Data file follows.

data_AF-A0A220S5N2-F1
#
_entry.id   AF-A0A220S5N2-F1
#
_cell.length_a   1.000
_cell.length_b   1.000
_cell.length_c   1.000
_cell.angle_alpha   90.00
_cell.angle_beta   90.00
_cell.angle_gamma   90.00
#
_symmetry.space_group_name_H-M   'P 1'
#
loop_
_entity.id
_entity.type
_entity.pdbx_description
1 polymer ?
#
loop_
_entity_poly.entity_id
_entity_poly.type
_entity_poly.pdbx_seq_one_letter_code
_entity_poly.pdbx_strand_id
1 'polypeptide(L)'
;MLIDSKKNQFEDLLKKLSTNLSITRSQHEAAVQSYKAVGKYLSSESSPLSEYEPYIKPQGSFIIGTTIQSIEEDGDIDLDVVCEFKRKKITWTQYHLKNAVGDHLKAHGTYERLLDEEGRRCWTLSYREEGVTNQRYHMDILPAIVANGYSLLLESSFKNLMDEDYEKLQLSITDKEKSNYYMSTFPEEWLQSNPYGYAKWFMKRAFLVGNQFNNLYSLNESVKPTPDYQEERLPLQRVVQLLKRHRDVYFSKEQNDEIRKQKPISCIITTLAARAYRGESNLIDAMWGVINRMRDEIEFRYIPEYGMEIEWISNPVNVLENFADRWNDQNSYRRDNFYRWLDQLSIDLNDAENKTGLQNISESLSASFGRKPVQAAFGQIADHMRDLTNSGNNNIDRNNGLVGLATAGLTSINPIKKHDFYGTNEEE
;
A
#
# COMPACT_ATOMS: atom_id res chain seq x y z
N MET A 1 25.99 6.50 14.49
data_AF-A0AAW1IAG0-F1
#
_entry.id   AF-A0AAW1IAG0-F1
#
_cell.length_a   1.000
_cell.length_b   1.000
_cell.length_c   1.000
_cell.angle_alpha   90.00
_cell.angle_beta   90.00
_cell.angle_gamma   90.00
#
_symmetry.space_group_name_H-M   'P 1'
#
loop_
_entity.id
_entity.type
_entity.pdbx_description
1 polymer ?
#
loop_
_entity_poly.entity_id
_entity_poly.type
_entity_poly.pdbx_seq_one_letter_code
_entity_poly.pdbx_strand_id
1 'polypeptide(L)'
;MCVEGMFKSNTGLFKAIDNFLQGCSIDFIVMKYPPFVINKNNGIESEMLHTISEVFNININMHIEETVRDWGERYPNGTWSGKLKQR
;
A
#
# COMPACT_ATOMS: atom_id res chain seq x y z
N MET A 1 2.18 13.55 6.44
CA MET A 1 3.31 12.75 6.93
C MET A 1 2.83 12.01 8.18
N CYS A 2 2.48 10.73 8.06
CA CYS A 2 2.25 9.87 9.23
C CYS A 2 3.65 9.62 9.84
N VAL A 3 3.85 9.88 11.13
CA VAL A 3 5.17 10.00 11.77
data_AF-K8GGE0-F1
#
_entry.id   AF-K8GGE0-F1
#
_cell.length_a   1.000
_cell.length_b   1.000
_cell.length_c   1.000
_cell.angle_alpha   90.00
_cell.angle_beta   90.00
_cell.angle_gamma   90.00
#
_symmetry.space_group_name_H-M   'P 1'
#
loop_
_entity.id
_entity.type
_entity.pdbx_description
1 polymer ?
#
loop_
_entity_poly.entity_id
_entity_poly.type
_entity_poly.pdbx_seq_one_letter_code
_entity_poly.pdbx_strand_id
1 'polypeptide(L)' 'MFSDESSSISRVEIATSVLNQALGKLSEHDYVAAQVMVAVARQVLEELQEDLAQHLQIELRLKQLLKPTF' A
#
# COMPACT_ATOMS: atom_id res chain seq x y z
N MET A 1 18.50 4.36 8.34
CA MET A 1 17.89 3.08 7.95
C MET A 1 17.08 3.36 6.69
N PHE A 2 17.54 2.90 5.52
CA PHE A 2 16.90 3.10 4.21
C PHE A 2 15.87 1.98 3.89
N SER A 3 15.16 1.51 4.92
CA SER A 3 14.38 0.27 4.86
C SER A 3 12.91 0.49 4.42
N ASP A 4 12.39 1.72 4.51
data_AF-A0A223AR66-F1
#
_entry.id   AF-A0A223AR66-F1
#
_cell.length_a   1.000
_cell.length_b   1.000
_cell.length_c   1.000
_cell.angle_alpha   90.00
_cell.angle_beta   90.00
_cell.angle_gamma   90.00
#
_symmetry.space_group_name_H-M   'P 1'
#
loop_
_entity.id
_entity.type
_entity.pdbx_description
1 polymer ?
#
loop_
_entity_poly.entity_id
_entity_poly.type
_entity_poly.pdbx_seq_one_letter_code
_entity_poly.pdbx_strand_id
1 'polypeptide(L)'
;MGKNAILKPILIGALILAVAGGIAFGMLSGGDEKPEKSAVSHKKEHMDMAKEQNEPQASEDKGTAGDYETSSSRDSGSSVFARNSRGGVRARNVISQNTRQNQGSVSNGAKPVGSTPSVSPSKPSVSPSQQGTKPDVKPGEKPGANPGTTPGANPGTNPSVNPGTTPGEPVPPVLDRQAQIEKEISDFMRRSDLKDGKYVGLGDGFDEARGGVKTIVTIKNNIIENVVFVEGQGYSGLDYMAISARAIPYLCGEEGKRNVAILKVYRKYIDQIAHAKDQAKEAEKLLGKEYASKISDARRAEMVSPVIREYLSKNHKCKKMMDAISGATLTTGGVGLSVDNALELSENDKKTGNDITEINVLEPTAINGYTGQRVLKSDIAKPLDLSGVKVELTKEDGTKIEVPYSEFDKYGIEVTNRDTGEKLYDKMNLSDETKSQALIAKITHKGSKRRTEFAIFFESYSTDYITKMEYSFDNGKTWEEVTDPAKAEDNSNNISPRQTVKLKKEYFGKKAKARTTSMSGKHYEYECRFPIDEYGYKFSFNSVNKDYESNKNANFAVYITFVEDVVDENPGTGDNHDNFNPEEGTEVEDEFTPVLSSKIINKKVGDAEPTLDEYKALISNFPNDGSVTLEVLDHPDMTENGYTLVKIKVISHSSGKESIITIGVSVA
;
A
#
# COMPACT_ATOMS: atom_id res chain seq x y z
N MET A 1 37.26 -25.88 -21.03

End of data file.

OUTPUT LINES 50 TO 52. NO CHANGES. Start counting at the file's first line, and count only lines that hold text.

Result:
#
loop_
_entity_poly.entity_id